Better training? The current training only works for those that don't need it.

Better understanding of the typical problems and good, honest, specific examples of how to solve them. Pushy or clueless parents. Scouts with challenges. Getting a troop out of a rut. Developing a program so scouts stay till they age out. 

Just my 2 cents.

Share this post


Link to post
Share on other sites
1 hour ago, SubSM said:

The question I am really looking for an answer to, is how do we as scouters help facilitate a program that draws the interest of more of today’s youth?

 

Mike

I'm a believer of sorts in the scouting program.  The most direct answer to your question is just follow the instructions in the Troop Leader Guidebook particularly in the areas of youth leadership.  Scheduling, and executing annual planning conferences, PLCs, ILST ensure a degree of youth ownership.  That being said, it is challenging to engage youth that do not possess any depth of foundational knowledge, and are apathetic and lazy.

Regarding getting newly bridged scouts excited, 10-11 year old youth will want to hang with the big boys.  Back when there were age restrictions on outpost camping and backpacking, I would tell the 11 year olds  "I'm not supposed to let you come on this trip, but since you've demonstrated sufficient fitness and maturity, I'll let you participate in the upcoming outpost camping trip".  This type conversation was worth more to the kids than giving them a Ben Franklin, and would elevate zeal and excitement for both general scouting, and the opportunity to spend time in the outdoors.  The second level of baiting can take place as a youth nears OA eligibility.  My son recently participated in the OA Northern Tier Adventure at Ely MN.  It was a very tough slog for the lad, but he came  back feeling more adult-like and just super excited about the national high adventure programs.  He endured things never thought possible, and is now a walking advertisement for scouting.  NT belts, belt buckles, shirts, water bottles, Summer Camp shirts, OA chapter shirts, OA lodge front plates are all on display at school.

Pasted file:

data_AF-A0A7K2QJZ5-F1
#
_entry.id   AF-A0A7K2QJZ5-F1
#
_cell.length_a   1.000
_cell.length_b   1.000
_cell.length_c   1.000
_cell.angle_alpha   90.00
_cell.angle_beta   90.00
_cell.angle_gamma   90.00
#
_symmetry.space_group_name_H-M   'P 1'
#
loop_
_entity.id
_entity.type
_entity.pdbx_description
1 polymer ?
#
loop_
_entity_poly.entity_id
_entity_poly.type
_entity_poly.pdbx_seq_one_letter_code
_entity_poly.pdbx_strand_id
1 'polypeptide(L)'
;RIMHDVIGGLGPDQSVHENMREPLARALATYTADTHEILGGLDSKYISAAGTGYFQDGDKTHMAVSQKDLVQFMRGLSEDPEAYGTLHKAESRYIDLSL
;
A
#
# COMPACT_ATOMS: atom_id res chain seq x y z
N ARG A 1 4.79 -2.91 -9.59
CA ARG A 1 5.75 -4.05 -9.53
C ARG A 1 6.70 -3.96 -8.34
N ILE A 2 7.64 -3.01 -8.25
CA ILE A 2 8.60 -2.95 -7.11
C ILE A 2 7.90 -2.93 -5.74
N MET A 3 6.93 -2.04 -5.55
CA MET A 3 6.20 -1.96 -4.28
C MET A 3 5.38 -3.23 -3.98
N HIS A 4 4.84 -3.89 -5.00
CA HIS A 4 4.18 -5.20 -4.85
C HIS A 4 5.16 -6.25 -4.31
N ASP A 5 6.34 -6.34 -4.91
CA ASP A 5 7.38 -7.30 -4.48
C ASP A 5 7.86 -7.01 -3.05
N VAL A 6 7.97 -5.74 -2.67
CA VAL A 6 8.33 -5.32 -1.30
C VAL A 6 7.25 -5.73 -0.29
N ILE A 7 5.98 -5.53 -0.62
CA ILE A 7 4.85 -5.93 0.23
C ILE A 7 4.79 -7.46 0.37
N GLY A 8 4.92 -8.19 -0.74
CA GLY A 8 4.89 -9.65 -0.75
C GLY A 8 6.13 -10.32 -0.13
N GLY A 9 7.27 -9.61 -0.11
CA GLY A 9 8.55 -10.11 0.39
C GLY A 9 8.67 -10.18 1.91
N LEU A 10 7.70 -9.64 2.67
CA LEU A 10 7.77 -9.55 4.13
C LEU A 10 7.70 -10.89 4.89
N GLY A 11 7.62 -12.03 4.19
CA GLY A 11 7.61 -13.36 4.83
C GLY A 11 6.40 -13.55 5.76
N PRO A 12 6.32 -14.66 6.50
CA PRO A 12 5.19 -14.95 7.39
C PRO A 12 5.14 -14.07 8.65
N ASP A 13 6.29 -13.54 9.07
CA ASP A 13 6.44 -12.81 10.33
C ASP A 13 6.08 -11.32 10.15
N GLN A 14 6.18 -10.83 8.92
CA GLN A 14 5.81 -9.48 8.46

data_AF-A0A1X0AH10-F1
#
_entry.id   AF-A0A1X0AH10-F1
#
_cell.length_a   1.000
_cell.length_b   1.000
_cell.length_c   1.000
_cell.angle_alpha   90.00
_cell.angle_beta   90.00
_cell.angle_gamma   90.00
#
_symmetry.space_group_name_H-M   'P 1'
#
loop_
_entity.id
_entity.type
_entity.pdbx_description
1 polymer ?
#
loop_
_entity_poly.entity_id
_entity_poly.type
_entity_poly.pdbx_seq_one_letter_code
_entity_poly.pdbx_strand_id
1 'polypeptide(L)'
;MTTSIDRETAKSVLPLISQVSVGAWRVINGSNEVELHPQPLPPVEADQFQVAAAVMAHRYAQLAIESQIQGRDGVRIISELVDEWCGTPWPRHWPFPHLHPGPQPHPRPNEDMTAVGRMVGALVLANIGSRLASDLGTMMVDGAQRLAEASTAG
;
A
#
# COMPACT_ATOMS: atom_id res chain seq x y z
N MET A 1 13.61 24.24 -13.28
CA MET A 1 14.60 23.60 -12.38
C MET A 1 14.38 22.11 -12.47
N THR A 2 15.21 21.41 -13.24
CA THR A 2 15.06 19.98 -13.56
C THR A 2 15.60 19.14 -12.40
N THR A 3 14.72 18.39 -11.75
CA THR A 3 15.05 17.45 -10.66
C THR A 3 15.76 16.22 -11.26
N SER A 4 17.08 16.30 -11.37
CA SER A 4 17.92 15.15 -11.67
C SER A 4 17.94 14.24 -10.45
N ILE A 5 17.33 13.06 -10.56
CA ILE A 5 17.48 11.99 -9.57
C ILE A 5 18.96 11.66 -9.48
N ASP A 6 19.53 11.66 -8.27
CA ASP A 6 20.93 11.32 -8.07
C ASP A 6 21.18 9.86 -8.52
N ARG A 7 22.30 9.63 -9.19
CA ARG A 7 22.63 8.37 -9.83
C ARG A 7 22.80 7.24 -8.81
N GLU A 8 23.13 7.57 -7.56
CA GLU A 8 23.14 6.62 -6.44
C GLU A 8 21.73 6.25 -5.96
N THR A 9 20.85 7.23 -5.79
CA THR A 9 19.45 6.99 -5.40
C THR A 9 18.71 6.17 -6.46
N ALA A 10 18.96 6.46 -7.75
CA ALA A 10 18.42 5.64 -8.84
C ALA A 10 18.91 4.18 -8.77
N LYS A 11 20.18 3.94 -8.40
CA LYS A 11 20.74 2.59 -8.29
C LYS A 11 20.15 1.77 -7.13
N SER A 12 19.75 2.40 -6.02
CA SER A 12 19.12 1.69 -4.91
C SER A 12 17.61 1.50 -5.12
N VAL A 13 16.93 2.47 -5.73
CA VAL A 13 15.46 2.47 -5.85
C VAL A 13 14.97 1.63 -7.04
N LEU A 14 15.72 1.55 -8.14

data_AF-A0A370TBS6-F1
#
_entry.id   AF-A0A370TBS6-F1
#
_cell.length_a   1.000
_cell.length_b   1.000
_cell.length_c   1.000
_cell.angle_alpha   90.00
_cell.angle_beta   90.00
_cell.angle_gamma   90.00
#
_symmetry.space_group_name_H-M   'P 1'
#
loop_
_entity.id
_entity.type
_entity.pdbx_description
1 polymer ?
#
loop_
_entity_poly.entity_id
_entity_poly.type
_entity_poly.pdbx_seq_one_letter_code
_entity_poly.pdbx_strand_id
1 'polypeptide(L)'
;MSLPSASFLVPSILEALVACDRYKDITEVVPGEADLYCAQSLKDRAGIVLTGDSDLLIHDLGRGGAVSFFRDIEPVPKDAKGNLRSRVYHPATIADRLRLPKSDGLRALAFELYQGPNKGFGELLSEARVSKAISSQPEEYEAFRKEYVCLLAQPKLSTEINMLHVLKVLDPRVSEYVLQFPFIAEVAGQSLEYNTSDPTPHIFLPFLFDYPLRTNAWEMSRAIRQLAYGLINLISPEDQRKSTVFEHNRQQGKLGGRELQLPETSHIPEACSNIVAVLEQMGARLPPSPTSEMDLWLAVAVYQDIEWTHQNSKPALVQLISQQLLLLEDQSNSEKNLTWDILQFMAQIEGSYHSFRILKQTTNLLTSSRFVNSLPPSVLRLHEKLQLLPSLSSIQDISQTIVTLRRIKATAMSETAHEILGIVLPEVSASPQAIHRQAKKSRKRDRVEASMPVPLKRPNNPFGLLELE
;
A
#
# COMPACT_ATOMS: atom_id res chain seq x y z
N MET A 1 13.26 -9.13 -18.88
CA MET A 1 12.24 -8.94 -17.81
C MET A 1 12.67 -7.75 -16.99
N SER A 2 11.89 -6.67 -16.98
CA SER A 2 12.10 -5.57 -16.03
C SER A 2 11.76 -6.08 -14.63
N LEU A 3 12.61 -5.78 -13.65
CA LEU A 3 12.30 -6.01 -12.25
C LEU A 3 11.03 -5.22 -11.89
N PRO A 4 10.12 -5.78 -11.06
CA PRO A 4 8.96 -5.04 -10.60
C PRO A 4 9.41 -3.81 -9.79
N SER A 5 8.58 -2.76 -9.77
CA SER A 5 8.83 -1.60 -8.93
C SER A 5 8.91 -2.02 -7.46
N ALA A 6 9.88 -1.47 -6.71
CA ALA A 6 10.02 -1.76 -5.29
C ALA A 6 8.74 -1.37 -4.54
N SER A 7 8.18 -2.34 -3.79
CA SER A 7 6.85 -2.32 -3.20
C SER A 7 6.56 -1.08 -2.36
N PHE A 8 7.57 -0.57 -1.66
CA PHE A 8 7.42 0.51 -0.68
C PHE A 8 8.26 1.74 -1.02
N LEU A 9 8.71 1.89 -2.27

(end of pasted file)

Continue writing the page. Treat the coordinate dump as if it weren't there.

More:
These examples aside, become acquainted with the all the High Adventure programs available at your council's summer camp, and national high adventure bases.  Explain to the youth about the different paths that can be taken in the OA.  In the OA, one can become involved in Indian affairs, pursue admin positions, be a consumer of high adventure, or be a camp staffer on the council level, or a national high adventure base.  Always make youth aware of opportunities that are two steps ahead of their skill sets.  Deep down in every person's soul is vanity and ego.  Find it in your youth, and use for something positive.  Droning on about advancement and badges gets stale quickly, but be warned, box checkers who want the Eagle rank, but are reluctant to give back to the community will not respond well to what I've suggested.